Staff Sgt. Joe Ronnie Hooper knelt down near the bank of a 20-foot-wide stream just outside the perimeter of a heavily defended Vietcong bunker complex. For the past month, the US Marines had engaged in vicious firefights against a determined enemy in an effort to capture Huế, the ancient city in central Vietnam, during the Tet Offensive of 1968. The 29-year-old red-haired squad leader of the Delta Raiders, formally known as Company D, 2nd Battalion, 101st Airborne Division, waited in silence as their element maneuvered to commence the assault.
The Viet Cong, however, were alert and immediately opened fire on the first sighting of an American soldier. A barrage of small arms fire, automatic weapons, and rockets rained down on their positions.
Despite bullets violently skipping across the stream, pinning down the rest of his element, Hooper pushed forward, which inspired five paratroopers to follow behind in the face of danger. Hooper took off at a sprint to overtake five enemy bunkers on the opposite shore armed with his rifle, a pistol, and a pocket full of hand grenades.
He single-handedly surprised the Viet Cong — now focusing their attention entirely on his one-man-army effort — freeing up the rest of his element to reinforce his efforts. During the fighting, he courageously moved across open ground and into the kill zone to recover the wounded. As he returned to his men providing suppressing fire from behind cover, his company’s medics warned he had been hit and had a life-threatening wound. He refused to be medically evacuated, and the seven-hour battle raged on.
Hooper assaulted three more enemy bunkers and killed the occupants. Nearby he witnessed an Army chaplain fall to the ground as he was providing the last rites to those who lay dying. Hooper shot and killed the two Viet Cong soldiers who had wounded the chaplain and brought him through a hail of gunfire to safety.
Blood trickled down his red-soaked uniform as he painfully pushed onward to approach three occupied buildings. Inside were Viet Cong riflemen who were inflicting casualties at his position. Although their fire temporarily halted his element, Hooper sprung forward, single-handedly destroying each of the three buildings. Then he met face-to-face with a North Vietnamese officer whom he engaged in hand-to-hand combat.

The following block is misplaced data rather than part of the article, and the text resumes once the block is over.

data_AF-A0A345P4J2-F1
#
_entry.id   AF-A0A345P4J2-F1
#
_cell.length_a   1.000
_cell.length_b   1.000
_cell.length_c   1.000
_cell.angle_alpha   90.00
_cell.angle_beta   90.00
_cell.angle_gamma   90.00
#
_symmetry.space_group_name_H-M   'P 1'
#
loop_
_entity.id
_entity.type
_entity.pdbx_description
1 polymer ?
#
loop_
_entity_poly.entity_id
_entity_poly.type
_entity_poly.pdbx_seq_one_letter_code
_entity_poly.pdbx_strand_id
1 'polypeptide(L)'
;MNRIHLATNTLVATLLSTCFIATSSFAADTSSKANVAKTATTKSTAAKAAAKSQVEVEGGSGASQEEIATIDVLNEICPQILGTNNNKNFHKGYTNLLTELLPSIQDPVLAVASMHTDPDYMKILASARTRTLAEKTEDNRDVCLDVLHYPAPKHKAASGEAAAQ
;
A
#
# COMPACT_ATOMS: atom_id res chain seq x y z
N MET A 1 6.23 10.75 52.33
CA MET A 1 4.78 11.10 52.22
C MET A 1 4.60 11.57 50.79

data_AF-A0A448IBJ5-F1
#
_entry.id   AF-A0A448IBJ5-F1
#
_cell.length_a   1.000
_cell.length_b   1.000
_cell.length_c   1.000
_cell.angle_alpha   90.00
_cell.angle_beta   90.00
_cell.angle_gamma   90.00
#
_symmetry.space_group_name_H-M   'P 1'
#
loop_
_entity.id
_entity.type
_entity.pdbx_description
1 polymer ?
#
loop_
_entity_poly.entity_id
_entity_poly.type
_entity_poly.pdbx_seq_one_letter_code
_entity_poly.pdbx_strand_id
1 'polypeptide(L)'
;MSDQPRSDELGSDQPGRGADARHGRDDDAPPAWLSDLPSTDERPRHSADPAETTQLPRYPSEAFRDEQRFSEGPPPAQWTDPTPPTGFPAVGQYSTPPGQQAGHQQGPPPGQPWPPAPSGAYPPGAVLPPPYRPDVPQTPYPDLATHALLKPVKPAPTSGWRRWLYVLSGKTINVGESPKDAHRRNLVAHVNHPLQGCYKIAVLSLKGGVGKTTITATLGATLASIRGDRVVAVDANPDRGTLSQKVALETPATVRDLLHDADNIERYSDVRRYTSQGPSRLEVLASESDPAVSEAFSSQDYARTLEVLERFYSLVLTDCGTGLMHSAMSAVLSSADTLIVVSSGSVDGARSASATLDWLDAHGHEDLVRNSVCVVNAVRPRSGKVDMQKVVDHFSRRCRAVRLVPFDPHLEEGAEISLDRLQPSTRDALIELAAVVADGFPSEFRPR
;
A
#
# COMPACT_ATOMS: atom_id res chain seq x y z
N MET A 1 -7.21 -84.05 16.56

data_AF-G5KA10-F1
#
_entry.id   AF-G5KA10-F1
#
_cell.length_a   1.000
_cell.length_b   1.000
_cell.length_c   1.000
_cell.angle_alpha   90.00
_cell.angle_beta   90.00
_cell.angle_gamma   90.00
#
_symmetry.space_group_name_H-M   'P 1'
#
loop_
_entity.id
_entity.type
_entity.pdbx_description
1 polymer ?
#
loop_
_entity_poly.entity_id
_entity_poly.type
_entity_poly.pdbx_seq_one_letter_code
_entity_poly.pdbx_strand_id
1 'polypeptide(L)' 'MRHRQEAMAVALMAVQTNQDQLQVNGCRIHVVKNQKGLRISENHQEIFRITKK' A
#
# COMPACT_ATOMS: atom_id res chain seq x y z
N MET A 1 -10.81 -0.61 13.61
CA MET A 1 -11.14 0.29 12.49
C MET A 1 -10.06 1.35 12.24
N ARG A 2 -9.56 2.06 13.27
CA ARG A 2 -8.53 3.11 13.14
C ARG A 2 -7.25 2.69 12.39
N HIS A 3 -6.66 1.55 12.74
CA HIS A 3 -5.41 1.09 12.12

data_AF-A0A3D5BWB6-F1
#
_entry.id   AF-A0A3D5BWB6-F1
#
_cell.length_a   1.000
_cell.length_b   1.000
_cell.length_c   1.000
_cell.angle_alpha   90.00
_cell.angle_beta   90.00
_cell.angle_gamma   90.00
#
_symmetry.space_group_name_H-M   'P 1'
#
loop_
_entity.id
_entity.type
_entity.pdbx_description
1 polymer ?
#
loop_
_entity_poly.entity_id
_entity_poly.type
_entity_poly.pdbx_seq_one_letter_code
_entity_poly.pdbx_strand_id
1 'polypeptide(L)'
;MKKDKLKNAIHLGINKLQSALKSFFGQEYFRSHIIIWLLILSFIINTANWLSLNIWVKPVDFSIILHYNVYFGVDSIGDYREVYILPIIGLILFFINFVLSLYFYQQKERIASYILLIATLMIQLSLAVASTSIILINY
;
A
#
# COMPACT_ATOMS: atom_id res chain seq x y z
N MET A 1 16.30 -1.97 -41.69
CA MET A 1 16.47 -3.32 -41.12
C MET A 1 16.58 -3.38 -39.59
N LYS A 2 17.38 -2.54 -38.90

“The officer’s rifle jammed and Sgt. Hooper was out of ammo as the enemy tried to escape,” recalled Lonnie Thomas, another soldier who watched from afar. “But Sgt. Hooper chased him down and stabbed him with his bayonet.”
Hooper stumbled to his feet and raced toward another enemy-held building as explosions peppered his side. He picked up a rifle lying on the ground and silenced the gunfire coming from the enemy’s position.
With seven wounds to his body and nauseated from the loss of blood, Hooper led a final assault against a series of four bunkers that sat side by side on his left flank. He slung a satchel full of hand grenades around his shoulder, dashed down a trench parallel with the bunkers, pulled the pins as he was running, and hurled them inside as he passed them by. Three additional bunkers were active just beyond his position, and he hurled an incendiary grenade into one and killed the enemy soldiers inside the other two with his rifle.
Expecting the fight was nearing an end, he heard a faint but familiar voice, calling for help. Thomas handed him a .45-caliber pistol and Hooper ran across an open field to the wounded soldier’s aid. A North Vietnamese fighter had his rifle pointed at Hooper’s head as he arrived. Hooper drew his pistol as if he were in a Wild Wild West duel and killed the officer before he could pull his trigger.
The next morning, after the fighting had ceased, Hooper received much-needed medical attention after single-handedly knocking out several bunker positions, killing 22 to 24 enemy combatants, and weathering life-threatening wounds.
Staff Sgt. Hooper was presented the Medal of Honor on March 7, 1969, by President Richard Nixon for his actions on Feb. 21, 1968.
“Sgt. Hooper in one day accomplished more than I previously believed could have been done in a month by one man,” Sgt. George Parker said, who witnessed his heroism. “And he did it all while wounded. It wasn’t just the actual count of positions overrun and enemy killed which was important. But far more so was the fantastic inspiration he gave every man in the company.”
Hooper went back to Vietnam for a second tour of duty after receiving special permission from President Nixon. He returned home a hero and was even dubbed “The Vietnam War’s Audie Murphy.” He walked around with a $12,000 retirement check in his shoe and hidden wounds from the war that affected his mental health. The most decorated soldier of the Vietnam War with the Medal of Honor, two Silver Star medals, six Bronze Stars, eight Purple Hearts, and 115 enemy killed in action, was a hero to his brothers and sisters-in-arms, but a victim of the public perception of Vietnam.
When asked if it was worth it and if he’d do it all again, he replied, “I would, the reason being I thought my abilities helped save lives. But I would tell my children, if [we] were to do this over, ‘Go to Canada. Don’t fight a war you can’t win.'”
Matt Fratus is a history staff writer for Coffee or Die. He prides himself on uncovering the most fascinating tales of history by sharing them through any means of engaging storytelling. He writes for his micro-blog @LateNightHistory on Instagram, where he shares the story behind the image. He is also the host of the Late Night History podcast. When not writing about history, Matt enjoys volunteering for One More Wave and rooting for Boston sports teams.